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Posts posted by BridgetO

  1. Wow, what a drag!  I had low hemo from chemo (Tx for a non-lung cancer) and had no energy or stamina. I finally agreed to a transfusion of red blood cells and felt much, much better the next day. I haven't had any experience with pleural effusions, though. A lot of people on these forums have had them and probably some will share their experience. Hang in there, Scruboak.

    Bridget O

  2. Hi Glenn,

    I agree with Michelle about looking for a doc that  has some experience with your type of cancer. Prior to my lung cancer, I had a rare form of gynecological cancer, stage 3, Grade 3 (very aggressive).  There were literally no studies published about it, it was that rare. So my oncologist  had no experience with it and proposed to treat it like any other cervical cancer. She believed my prognosis to be "dismal" I sought a second opinion from a doctor at our local Comprehensive Cancer Center. She had some experience treating this type of cancer and recommended some additional treatment, which I had. I think this treatment likely saved my life. Despite the prognosis, I've been NED since my first line treatment was completed, almost 9 years ago   If you're not able to find a local doc with the experience you want, you could look for one elsewhere, who could review your records consult by phone.

    Hang in there,


  3. I would ask whatever doc ordered this test for a line by line interpretation. Do you have the other pages it refers to? If not, I would ask for them. To me, this suggest their may be clinical trials for some of these biomarkers.

  4. Hi Ashley and welcome. You've gotten some really good suggestions and information from the folks who posted above. I don't have personal experience with small cell LC, but I want to reinforce what Steff said about treatment being aggressive because SCLC is typically quite aggressive. I also like her suggestion of having someone on speaker phone at his appointments if COVID_19 prevents someone from being there personally. 

    In response to the question of him driving himself to chemo and/or  radiation appointments, I would say it all depends. My NSCLC was Stage  1a, and I had only surgery for it. I did however, have two previous unrelated cancers. For one I had about 30 radiation treatments, and for the other about  the same number of treatments, concurrently with weekly chemo, plus 3 rounds of addtional chemo. I drove myself to all  those but the first chemo. It was especially helpful to have someone there for the first one, because the chemo pharmacist and nurse went over a LOT of information and also so we could see how I reacted to the chemo. I was fine afterwards. I never had the fatigue that some people develop with radiation.  The drive to my appointments was only about 4 or 5 miles. So driving myself was pretty easy. I can see that for some people, with long drives, difficult reactions to chemo, and/or radiation fatigue, it wouldn't b so easy.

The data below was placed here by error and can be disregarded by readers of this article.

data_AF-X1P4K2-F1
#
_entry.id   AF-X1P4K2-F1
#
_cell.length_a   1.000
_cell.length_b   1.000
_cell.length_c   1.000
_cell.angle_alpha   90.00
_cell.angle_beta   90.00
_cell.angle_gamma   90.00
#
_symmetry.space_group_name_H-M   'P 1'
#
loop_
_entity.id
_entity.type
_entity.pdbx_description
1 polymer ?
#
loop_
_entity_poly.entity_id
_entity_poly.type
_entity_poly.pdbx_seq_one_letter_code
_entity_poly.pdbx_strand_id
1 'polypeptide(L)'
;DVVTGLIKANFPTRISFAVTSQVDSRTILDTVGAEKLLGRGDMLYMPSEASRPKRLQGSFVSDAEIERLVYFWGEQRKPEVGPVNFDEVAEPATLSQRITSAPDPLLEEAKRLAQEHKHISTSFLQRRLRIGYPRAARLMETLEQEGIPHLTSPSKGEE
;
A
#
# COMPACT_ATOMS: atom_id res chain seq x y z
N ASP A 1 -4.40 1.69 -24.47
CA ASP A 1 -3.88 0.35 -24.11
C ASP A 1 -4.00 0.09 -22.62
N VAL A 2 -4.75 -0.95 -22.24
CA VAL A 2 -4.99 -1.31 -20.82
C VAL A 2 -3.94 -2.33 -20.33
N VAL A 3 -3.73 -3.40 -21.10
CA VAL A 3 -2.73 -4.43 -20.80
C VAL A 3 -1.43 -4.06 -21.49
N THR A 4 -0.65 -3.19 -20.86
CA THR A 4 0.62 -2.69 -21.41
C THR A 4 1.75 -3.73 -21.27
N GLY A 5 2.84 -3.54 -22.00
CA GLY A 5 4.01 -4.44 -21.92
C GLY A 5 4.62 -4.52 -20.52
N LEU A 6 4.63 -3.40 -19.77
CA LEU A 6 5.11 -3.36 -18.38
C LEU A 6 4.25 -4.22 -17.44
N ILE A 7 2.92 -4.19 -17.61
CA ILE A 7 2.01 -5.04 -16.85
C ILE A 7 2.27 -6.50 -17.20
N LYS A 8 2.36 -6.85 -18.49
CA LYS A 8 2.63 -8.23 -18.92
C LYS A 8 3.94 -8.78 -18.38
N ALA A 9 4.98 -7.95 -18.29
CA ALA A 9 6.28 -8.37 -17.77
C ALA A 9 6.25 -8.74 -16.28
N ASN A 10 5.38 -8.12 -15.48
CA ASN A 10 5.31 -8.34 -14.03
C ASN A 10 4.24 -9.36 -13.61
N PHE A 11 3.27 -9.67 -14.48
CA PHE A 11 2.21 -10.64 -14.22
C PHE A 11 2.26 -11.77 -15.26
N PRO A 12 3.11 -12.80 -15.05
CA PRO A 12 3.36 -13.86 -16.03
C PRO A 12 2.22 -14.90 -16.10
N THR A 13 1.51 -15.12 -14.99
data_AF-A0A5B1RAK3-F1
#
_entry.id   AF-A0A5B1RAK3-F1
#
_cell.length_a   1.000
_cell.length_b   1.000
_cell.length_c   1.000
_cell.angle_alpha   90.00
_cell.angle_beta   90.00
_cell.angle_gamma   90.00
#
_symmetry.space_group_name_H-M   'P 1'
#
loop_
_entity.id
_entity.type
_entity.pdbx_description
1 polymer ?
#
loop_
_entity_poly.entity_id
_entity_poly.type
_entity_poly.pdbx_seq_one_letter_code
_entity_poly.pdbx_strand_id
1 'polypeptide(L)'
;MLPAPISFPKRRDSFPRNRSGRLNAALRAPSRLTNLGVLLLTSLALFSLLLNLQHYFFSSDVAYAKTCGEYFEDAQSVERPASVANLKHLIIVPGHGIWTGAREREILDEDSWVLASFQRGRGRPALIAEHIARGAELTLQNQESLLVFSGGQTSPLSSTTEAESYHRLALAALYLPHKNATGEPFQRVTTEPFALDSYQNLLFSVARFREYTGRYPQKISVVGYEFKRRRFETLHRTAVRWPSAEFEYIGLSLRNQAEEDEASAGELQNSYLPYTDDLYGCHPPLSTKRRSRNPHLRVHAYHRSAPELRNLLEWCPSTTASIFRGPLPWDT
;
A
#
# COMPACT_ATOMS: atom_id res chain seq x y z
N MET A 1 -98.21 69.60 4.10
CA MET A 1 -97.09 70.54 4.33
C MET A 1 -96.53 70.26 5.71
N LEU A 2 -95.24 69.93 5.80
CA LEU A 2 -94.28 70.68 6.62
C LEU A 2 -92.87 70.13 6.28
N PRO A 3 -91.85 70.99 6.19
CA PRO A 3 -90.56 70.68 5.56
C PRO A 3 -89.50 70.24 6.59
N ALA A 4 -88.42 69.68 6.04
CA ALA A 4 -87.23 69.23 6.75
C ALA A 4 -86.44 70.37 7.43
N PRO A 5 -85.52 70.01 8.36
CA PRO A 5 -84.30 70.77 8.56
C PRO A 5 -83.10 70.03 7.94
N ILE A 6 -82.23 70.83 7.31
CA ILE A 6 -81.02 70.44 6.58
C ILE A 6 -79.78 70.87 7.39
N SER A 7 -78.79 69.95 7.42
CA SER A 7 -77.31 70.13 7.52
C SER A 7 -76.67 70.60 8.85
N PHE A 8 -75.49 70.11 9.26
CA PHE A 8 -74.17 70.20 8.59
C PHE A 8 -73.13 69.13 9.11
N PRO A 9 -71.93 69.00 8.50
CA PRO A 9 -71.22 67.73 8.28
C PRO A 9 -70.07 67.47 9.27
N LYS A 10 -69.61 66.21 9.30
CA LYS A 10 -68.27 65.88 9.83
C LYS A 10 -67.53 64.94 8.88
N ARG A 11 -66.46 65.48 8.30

I wish your dad and  you all the best.

    Bridget O

  5. Hi Sheri and welcome,

    I'm sorry to hear that  your dad is having such a hard time with his cancer treatment. I haven't had radiation in the neck area but there are others on the site who have and I hope you'll hear from them.  Some people have had relief from mouth sores with "magic mouthwash", which is a specially compounded prescription.  Has he tried that? Another suggestion I have is to ask for a referral to a palliative care specialist. To be clear, I'm not talking about hospice, although palliative care specialists can be involved in hospice services. Palliative care focuses on symptoms of serious illness and side effects of treatment, in order to not only relieve pain but also improve quality of life. A person can have palliative care while also having treatment aimed at curing  the illness.  i wish all the best for you and your dad,

    Bridget O

  6. Hello Mickson. I'm really sorry to hear about your father's multiple medical problems. This is a terrible time for someone to be hospitalized and without family support. You are facing a big loss and I can only hope that the loss will  be temporary and you'll see him again.  Cancer is terrible and cancer in the time of coronavirus is worse. Hang in there. I' be thinking of you.

    Bridget O

  7. Trish,  I should have mentioned that I never had a biopsy. My nodule was in a location that made it impossible to biopsy either with a bronchoscope or needle., so I can't tell anything firsthand about those prosedures. My pulmonologist, my thoracic surgeon and the tumor board all agreed that it looked like a lung cancer and not a met, and they were right.


  8. Hi Trish and welcome here. I'm  also a cancer third-timer with my lung cancer. I had a stage 1, grade 1 breast cancer in 2008 and a stage 3, grade 3 endometrial/cervical cancer in 2011. In 2016 a routine CT scan to surveille for possible recurrence or metastases of the gynecologic cancer showed  small, approximately 10 mm nodule in my left lung. It turned out to be a primary lung cancer  (adenocarcinoma stage 1a) and I was relieved it wasn't a metastasis.

    Your mass is obviously bigger than mine and it looks like you may have lymph node involvemet, so if this is a cancer, it will probably be greater than stage 1. I recommend that you ask for biomarker testing of your biopsy sample if it is diagnosed as malignant.  Here is where you can get information about biomarker testing: https://lungevity.org/for-patients-caregivers/lung-cancer-101/types-of-lung-cancer.  There are a lot of new cancer treatments out there and the biopsy with biomarker testing can help determine what treatment is best for an individual.

    Hang in there and let us know how the biopsy goes and what the results are.

    Bridget O

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